The Summit League canceled all spring sports, ending Juran’s season with four appearances, an 0-for-4 effort at the plate and a 1.000 fielding percentage. The Leathernecks finished 0-13, as the season was canceled just before they were scheduled to open conference play against Purdue Fort Wayne in what would have been their home opener.

“It was a pretty loaded schedule to start,” Juran said, as Western Illinois had played Tennessee, Butler, Memphis, Missouri and Austin Peay. “We were projected to be third in the conference, and we were looking to compete for a top spot. We thought we had a pretty built team.”

Instead of taking their shot at conference, the Leathernecks, who went 16-14 in The Summit last year, are working out at home and taking online classes through the rest of the semester.

“We’ve been group texting back and forth,” Juran said, noting the baseball team is close thanks to spending a majority of its time together. “I made a video on my Facebook for Sauk Prairie Health Care. A joking video that was supposed to promote social distancing, and in our group chat they sent that video and were joking about it and everything.

“It’s really nice being home, for sure, but I was loving the college life being on my own. Being home makes you realize it’s a different life being in college compared to being back here. I do enjoy being home and being able to see my family. ... It was kind of needed to come home. Being injured and everything... I needed someone to have my back, and they’re my support.”

The initial plan was for the players to return to Macomb for practice. That’s no longer the case, so Western Illinois’ coaches are trying to provide players with enough at-home work to keep them in shape.

“They still give us workouts,” said Juran, a four-year starter at Sauk Prairie who was a unanimous first-team All-Badger North Conference pick last year. “Put as much weight as you can in a suitcase and squat that or bench that. Go for a run... be outside... they’re doing as much as they can to keep us in baseball shape.

“I have my own little net I can hit into, and I’ve been doing that about every day. And I live in the country, so I have a lot of open space and I can throw. And then I have a miniature gym down in the basement that’s got a bench rack and a leg press machine and a Smith machine, so I can get some squats in. I’m able to get quite a bit done while being at home.”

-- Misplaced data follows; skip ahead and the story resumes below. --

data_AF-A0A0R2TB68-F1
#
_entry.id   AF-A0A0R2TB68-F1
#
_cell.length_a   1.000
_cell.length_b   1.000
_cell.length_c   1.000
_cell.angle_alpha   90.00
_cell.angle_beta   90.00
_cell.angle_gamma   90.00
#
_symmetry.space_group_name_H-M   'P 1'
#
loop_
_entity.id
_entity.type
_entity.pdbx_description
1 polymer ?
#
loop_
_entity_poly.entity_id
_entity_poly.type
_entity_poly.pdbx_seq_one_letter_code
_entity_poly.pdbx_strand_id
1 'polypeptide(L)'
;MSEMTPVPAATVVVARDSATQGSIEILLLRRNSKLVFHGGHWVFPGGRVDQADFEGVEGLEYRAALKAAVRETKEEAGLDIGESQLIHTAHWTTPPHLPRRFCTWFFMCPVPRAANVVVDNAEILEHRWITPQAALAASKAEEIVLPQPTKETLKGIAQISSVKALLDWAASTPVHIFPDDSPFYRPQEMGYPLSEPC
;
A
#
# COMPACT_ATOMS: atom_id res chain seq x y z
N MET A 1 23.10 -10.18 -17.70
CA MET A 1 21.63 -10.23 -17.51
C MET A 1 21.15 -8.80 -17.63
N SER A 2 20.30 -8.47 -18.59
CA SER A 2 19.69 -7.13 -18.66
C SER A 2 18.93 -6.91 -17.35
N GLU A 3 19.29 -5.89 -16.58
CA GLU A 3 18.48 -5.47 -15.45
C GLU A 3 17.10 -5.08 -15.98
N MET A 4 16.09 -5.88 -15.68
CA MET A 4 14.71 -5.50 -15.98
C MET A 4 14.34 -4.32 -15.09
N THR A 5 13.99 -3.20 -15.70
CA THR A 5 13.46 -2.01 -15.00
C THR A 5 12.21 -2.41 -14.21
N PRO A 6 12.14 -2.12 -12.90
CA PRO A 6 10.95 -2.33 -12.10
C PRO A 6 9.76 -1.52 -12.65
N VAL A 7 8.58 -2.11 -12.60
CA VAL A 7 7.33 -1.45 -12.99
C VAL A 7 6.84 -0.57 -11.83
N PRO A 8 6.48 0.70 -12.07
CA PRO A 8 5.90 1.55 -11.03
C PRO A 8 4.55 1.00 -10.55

He also knows what to improve on after an up-and-down season that left him motivated to get to work.

“It’s definitely a confidence thing,” said Juran, who will be a freshman again next season if the NCAA grants all spring athletes an extra year of eligibility. “Coming from such a small school, you’re not really ready for that first Division I baseball game. I needed to go in there knowing ‘I’m here for a reason. I’m on scholarship. They recruited me and have me here for a reason.’ That’s like the first thing I needed to recognize. Playing with confidence takes you a long way.”

Juran is scheduled to play for the Carroll Merchants in Iowa this summer, unless the coronavirus impacts the Pioneer Collegiate Baseball League. Whenever he gets back on Western Illinois’ campus, he’ll also be more accustomed to what it means to be a college student-athlete.

“It was definitely a change going from high school classes to college,” Juran said. “Two days a week, we’d wake up at 4:45 for 5:45 practice, get done by 7:30 and I’d head to class at 8, 8 until 10:30 class. Then if I didn’t get to hit in the morning, I’d come in in the afternoon and hit, catch some bullpens, get a lift in and get some homework done. Then the next day I’d go to class at 11, go to online class, go to practice from 2-4, lift from 4-5, and eat. It was definitely a change compared to high school.

“I love being busy. In high school, I felt like I had to find ways to fill time. In college, it’s like, ‘I could use a break here and there.’ But I definitely like being busy.”